Aberfeldy, located on Mount Lookout, north east of Lake Thomson, 125
kilometres east of Melbourne, was settled in 1871 following the
discovery of gold, a Post Office opening on 1 January 1872 (closed
The town was surveyed and proclaimed in 1885. It was initially known as
Mount Lookout, but was eventually renamed after the Scottish town of
Aberfeldy. At its peak, the township has a population of around 500.
After the gold rush, the town produced potatoes and other crops, and
sheep and cattle were grazed.
The town was home to Kitty Cane, aka Catherine Lowe, the defacto
wife of Jonas Sly. She was a former dancer who was believed to have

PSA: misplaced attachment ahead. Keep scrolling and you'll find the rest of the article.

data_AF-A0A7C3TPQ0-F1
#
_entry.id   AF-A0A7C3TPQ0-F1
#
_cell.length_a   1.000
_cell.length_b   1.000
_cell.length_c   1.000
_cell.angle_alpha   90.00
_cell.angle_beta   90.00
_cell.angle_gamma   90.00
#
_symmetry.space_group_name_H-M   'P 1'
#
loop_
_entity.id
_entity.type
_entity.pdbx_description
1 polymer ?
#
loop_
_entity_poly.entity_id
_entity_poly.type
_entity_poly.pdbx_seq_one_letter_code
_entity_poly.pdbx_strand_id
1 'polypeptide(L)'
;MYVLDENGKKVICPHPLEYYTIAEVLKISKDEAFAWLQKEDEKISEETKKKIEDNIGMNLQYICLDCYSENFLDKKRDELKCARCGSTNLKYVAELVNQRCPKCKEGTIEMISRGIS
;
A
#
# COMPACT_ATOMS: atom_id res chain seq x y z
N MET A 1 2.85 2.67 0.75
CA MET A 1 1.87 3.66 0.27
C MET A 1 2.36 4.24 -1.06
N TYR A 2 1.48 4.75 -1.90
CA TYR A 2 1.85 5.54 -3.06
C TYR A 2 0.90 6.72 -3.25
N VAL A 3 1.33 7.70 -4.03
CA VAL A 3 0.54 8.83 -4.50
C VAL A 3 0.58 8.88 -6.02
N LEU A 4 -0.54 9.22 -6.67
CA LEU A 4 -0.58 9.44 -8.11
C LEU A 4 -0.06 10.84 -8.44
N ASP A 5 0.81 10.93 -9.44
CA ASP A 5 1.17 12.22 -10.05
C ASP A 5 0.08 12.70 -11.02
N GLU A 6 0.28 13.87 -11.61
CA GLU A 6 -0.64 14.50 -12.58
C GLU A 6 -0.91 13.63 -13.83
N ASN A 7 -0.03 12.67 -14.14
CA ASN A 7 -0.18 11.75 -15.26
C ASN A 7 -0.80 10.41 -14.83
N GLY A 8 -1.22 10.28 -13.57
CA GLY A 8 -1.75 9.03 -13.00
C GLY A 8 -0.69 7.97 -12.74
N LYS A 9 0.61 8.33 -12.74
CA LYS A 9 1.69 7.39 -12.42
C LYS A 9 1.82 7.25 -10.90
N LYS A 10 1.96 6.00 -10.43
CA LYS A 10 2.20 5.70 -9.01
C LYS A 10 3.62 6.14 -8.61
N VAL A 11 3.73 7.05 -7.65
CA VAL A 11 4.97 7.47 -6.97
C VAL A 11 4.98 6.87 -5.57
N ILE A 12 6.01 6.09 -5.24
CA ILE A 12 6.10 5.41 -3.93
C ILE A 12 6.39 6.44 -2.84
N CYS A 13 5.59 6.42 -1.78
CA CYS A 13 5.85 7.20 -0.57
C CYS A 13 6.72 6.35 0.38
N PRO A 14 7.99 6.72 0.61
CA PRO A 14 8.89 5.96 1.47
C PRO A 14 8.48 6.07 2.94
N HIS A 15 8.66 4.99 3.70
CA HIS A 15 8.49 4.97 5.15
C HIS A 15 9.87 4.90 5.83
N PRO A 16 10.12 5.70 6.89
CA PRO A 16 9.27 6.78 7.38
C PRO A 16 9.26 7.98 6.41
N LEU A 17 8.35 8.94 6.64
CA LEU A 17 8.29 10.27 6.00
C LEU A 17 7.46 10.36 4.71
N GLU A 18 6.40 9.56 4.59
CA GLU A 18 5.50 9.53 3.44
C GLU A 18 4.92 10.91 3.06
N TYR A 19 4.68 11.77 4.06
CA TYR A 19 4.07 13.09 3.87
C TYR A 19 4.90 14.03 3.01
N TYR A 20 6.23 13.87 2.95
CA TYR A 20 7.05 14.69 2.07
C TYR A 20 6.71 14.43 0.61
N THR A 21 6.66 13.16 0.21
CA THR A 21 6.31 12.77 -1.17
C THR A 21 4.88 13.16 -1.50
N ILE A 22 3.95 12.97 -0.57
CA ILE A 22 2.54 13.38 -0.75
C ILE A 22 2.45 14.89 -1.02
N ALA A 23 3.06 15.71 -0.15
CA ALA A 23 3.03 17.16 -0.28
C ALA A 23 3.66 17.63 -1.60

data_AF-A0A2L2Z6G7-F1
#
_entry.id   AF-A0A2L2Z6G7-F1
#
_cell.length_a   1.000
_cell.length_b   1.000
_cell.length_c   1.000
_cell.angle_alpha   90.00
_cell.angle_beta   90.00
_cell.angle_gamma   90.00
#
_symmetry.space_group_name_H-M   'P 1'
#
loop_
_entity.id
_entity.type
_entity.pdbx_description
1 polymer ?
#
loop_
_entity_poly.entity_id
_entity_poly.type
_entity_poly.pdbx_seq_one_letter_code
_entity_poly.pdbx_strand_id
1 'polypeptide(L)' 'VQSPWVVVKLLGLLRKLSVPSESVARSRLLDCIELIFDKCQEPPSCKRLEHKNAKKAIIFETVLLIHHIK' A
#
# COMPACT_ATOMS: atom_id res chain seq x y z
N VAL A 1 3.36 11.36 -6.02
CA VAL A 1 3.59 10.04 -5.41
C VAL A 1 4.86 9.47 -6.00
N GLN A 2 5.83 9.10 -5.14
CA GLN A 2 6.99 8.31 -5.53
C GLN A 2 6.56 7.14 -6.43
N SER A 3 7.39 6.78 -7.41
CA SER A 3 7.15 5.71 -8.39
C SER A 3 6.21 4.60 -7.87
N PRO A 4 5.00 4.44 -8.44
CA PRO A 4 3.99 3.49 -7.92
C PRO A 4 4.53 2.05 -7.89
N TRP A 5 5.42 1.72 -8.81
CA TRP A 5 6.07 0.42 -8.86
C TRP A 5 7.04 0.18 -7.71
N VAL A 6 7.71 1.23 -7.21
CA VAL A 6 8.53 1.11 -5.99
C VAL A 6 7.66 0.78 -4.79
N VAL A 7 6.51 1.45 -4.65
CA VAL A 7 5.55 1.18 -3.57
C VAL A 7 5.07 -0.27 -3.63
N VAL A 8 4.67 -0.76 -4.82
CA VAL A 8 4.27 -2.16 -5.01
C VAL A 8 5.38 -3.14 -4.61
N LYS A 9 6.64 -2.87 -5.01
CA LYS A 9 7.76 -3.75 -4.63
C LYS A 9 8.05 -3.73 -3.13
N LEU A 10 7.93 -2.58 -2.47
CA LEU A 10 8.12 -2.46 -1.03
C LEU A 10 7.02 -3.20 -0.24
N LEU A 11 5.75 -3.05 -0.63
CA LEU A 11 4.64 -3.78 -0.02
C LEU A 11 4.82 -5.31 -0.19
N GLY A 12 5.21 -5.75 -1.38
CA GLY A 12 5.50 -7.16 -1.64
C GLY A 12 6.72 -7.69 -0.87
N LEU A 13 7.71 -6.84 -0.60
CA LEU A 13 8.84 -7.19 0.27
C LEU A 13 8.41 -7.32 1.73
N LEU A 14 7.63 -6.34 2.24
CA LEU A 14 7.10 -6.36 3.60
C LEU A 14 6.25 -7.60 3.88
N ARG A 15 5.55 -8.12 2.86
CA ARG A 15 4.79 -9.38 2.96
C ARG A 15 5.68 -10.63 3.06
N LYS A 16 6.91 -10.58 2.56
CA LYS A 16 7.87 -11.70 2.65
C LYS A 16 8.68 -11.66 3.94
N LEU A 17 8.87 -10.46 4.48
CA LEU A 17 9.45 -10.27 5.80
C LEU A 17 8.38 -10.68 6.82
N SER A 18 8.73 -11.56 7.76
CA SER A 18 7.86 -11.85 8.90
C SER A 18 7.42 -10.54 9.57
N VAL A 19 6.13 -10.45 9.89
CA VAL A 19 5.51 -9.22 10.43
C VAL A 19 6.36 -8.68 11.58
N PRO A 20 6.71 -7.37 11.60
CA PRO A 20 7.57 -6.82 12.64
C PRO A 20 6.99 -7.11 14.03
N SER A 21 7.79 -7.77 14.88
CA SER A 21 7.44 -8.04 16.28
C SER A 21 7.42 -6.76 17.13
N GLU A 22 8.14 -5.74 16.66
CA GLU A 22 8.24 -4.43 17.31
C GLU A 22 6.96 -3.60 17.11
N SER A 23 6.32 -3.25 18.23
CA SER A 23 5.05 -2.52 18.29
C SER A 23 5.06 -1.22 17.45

weighed 120 kilograms. It is said that, at the time of her death (10th
April 1863), she had to be buried beside the road, because her body
could not be lifted to the cemetery. Jonas and Kitty Sly, Frederick Sly
and Sarah Matthews ran a grog shanty at Aberfeldy Crossing. The flat
ground at the top of the ridge where she was buried - about 100 metres
north of her grog shanty - was prime real estate with the Thompson
River in the valley to the West and the Aberfeldy river in the valley
to the East. Kitty was described as a sober woman aged about 42.
Following the First World War the population diminished, though the
town managed to survive. The hotel was burnt down in 1938 and the Black
Friday bushfires of 1939 destroyed many of the town's buildings. A road
was constructed to Matlock by 1950, but it remains in poor condition to
this day. Today there are only a few permanent residents, though land
was released for public sale in 1999. Remains of former buildings are